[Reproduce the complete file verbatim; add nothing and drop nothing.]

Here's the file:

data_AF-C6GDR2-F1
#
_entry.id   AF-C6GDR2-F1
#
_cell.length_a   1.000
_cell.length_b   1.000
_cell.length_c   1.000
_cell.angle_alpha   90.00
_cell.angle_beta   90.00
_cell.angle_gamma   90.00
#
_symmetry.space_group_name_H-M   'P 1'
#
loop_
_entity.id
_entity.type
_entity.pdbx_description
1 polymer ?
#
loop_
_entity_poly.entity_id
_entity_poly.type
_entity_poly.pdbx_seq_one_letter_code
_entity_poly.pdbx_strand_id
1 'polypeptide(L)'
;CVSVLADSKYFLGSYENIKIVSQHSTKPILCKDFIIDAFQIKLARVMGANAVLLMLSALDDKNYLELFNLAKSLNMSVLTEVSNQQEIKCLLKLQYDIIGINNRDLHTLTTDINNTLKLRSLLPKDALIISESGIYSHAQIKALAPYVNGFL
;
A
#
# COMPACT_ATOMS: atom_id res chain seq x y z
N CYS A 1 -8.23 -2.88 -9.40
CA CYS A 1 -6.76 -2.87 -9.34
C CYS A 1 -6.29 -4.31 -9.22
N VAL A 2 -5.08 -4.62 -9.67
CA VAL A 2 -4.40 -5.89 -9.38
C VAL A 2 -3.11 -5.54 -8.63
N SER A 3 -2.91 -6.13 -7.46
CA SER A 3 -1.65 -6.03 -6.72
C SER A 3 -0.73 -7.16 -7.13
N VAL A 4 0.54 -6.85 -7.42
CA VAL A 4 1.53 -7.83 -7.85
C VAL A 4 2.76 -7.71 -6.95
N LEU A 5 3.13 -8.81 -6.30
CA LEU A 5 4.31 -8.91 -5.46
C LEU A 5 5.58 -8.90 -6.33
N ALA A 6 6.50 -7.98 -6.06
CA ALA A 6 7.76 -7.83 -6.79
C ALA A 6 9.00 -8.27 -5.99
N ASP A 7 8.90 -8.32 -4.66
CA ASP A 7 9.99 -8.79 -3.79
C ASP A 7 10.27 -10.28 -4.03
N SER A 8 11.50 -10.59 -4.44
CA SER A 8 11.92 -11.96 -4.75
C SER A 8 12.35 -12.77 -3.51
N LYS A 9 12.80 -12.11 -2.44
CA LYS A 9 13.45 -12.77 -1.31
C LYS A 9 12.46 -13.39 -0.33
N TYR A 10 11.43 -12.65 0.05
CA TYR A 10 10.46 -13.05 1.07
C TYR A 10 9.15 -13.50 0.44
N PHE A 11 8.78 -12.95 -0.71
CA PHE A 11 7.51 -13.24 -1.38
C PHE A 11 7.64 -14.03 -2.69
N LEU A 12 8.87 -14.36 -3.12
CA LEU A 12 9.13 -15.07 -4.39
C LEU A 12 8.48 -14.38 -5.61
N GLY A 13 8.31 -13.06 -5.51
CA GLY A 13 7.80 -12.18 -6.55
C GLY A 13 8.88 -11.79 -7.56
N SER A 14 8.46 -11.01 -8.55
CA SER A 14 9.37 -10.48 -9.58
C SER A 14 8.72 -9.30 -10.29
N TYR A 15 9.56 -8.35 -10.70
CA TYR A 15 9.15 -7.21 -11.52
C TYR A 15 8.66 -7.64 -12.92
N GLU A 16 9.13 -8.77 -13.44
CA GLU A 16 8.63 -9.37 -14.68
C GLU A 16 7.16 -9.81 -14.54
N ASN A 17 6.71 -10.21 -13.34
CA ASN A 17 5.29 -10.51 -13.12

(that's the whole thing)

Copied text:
data_AF-C6GDR2-F1
#
_entry.id   AF-C6GDR2-F1
#
_cell.length_a   1.000
_cell.length_b   1.000
_cell.length_c   1.000
_cell.angle_alpha   90.00
_cell.angle_beta   90.00
_cell.angle_gamma   90.00
#
_symmetry.space_group_name_H-M   'P 1'
#
loop_
_entity.id
_entity.type
_entity.pdbx_description
1 polymer ?
#
loop_
_entity_poly.entity_id
_entity_poly.type
_entity_poly.pdbx_seq_one_letter_code
_entity_poly.pdbx_strand_id
1 'polypeptide(L)'
;CVSVLADSKYFLGSYENIKIVSQHSTKPILCKDFIIDAFQIKLARVMGANAVLLMLSALDDKNYLELFNLAKSLNMSVLTEVSNQQEIKCLLKLQYDIIGINNRDLHTLTTDINNTLKLRSLLPKDALIISESGIYSHAQIKALAPYVNGFL
;
A
#
# COMPACT_ATOMS: atom_id res chain seq x y z
N CYS A 1 -8.23 -2.88 -9.40
CA CYS A 1 -6.76 -2.87 -9.34
C CYS A 1 -6.29 -4.31 -9.22
N VAL A 2 -5.08 -4.62 -9.67
CA VAL A 2 -4.40 -5.89 -9.38
C VAL A 2 -3.11 -5.54 -8.63
N SER A 3 -2.91 -6.13 -7.46
CA SER A 3 -1.65 -6.03 -6.72
C SER A 3 -0.73 -7.16 -7.13
N VAL A 4 0.54 -6.85 -7.42
CA VAL A 4 1.53 -7.83 -7.85
C VAL A 4 2.76 -7.71 -6.95
N LEU A 5 3.13 -8.81 -6.30
CA LEU A 5 4.31 -8.91 -5.46
C LEU A 5 5.58 -8.90 -6.33
N ALA A 6 6.50 -7.98 -6.06
CA ALA A 6 7.76 -7.83 -6.79
C ALA A 6 9.00 -8.27 -5.99
N ASP A 7 8.90 -8.32 -4.66
CA ASP A 7 9.99 -8.79 -3.79
C ASP A 7 10.27 -10.28 -4.03
N SER A 8 11.50 -10.59 -4.44
CA SER A 8 11.92 -11.96 -4.75
C SER A 8 12.35 -12.77 -3.51
N LYS A 9 12.80 -12.11 -2.44
CA LYS A 9 13.45 -12.77 -1.31
C LYS A 9 12.46 -13.39 -0.33
N TYR A 10 11.43 -12.65 0.05
CA TYR A 10 10.46 -13.05 1.07
C TYR A 10 9.15 -13.50 0.44
N PHE A 11 8.78 -12.95 -0.71
CA PHE A 11 7.51 -13.24 -1.38
C PHE A 11 7.64 -14.03 -2.69
N LEU A 12 8.87 -14.36 -3.12
CA LEU A 12 9.13 -15.07 -4.39
C LEU A 12 8.48 -14.38 -5.61
N GLY A 13 8.31 -13.06 -5.51
CA GLY A 13 7.80 -12.18 -6.55
C GLY A 13 8.88 -11.79 -7.56
N SER A 14 8.46 -11.01 -8.55
CA SER A 14 9.37 -10.48 -9.58
C SER A 14 8.72 -9.30 -10.29
N TYR A 15 9.56 -8.35 -10.70
CA TYR A 15 9.15 -7.21 -11.52
C TYR A 15 8.66 -7.64 -12.92
N GLU A 16 9.13 -8.77 -13.44
CA GLU A 16 8.63 -9.37 -14.68
C GLU A 16 7.16 -9.81 -14.54
N ASN A 17 6.71 -10.21 -13.34
CA ASN A 17 5.29 -10.51 -13.12